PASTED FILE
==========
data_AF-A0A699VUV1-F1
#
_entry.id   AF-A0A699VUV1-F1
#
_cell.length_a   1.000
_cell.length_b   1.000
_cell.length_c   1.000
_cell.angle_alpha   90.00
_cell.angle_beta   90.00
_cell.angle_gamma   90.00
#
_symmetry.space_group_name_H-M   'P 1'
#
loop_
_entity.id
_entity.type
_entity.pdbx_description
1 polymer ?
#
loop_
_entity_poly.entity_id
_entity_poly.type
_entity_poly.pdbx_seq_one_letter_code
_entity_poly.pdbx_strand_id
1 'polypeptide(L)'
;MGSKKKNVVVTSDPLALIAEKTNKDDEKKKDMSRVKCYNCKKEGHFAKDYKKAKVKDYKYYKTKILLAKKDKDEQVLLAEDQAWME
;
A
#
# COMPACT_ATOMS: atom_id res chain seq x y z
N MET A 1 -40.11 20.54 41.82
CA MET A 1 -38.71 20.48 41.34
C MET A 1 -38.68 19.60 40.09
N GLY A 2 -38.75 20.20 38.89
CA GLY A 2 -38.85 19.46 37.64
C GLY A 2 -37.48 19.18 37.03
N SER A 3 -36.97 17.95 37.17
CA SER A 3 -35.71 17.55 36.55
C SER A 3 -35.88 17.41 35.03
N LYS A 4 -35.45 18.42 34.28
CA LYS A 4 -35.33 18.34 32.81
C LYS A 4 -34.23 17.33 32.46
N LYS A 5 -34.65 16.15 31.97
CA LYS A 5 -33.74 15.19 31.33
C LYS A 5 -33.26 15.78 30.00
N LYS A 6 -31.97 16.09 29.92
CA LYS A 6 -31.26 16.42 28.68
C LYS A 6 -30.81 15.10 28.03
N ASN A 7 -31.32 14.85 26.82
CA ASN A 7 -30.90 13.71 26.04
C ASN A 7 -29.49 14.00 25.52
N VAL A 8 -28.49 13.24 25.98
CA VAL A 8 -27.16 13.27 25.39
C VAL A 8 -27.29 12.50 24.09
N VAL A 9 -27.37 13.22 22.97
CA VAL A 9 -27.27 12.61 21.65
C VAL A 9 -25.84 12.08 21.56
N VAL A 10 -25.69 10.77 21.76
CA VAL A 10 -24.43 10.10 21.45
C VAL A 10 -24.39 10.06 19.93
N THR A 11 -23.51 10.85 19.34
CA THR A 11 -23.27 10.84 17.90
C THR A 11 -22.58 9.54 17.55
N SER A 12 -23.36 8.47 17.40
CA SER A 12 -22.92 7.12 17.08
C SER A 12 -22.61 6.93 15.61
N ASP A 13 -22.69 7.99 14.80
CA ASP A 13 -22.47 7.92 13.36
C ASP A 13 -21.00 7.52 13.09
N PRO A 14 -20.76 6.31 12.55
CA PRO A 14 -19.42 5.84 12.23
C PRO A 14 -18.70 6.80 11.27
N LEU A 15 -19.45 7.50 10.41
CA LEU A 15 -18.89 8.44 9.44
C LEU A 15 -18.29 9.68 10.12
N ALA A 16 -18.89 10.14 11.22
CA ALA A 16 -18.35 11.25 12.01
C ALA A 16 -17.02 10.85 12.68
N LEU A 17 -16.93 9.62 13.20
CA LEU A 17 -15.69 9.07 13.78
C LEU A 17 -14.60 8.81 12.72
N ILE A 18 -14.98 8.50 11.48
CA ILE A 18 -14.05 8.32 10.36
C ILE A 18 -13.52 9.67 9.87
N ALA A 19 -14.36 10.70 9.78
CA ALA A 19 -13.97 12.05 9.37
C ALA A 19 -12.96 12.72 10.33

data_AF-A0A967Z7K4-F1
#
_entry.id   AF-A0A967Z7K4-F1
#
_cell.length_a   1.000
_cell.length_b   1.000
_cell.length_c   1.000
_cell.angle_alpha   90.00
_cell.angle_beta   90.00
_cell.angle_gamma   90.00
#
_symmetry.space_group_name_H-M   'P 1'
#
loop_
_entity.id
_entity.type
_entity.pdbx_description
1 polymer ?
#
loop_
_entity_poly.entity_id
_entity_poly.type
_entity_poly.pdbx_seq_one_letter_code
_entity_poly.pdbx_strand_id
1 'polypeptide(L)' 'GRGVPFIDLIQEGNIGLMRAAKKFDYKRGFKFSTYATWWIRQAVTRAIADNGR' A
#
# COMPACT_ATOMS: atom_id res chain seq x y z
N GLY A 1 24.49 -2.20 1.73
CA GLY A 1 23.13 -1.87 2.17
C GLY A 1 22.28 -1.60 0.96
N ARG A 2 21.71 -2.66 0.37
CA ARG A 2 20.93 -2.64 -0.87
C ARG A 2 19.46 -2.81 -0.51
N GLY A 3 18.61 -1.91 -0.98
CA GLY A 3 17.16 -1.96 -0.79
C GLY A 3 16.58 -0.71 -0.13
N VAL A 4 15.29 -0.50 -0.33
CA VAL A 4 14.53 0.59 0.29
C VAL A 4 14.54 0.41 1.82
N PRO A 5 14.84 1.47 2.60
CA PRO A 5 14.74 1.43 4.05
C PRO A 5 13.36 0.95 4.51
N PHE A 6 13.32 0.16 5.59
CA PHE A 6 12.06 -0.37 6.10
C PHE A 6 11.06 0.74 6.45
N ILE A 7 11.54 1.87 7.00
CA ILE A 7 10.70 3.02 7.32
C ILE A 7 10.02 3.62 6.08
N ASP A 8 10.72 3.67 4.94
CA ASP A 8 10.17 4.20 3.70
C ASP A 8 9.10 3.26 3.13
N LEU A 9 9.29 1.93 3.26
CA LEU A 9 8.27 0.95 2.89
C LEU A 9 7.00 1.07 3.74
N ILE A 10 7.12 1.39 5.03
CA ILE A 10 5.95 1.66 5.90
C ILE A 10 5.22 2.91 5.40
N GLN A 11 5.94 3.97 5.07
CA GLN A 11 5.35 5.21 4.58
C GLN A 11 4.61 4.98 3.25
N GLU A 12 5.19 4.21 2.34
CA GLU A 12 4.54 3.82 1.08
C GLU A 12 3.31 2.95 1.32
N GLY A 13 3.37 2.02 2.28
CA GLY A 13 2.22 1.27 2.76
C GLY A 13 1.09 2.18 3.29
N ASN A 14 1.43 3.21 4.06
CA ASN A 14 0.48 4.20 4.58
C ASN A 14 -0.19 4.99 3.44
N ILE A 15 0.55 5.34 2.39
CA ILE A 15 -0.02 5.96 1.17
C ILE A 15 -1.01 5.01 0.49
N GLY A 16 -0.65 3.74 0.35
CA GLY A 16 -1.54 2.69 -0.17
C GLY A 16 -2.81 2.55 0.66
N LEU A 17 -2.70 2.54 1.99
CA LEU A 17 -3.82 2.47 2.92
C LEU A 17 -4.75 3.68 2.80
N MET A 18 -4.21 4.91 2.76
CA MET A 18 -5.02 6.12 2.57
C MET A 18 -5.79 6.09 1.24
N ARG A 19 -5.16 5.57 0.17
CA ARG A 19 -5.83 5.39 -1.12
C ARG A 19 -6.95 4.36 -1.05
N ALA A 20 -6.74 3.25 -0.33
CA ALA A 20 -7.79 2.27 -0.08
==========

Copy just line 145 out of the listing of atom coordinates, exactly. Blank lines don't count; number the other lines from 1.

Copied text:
N GLN A 11 5.94 3.97 5.07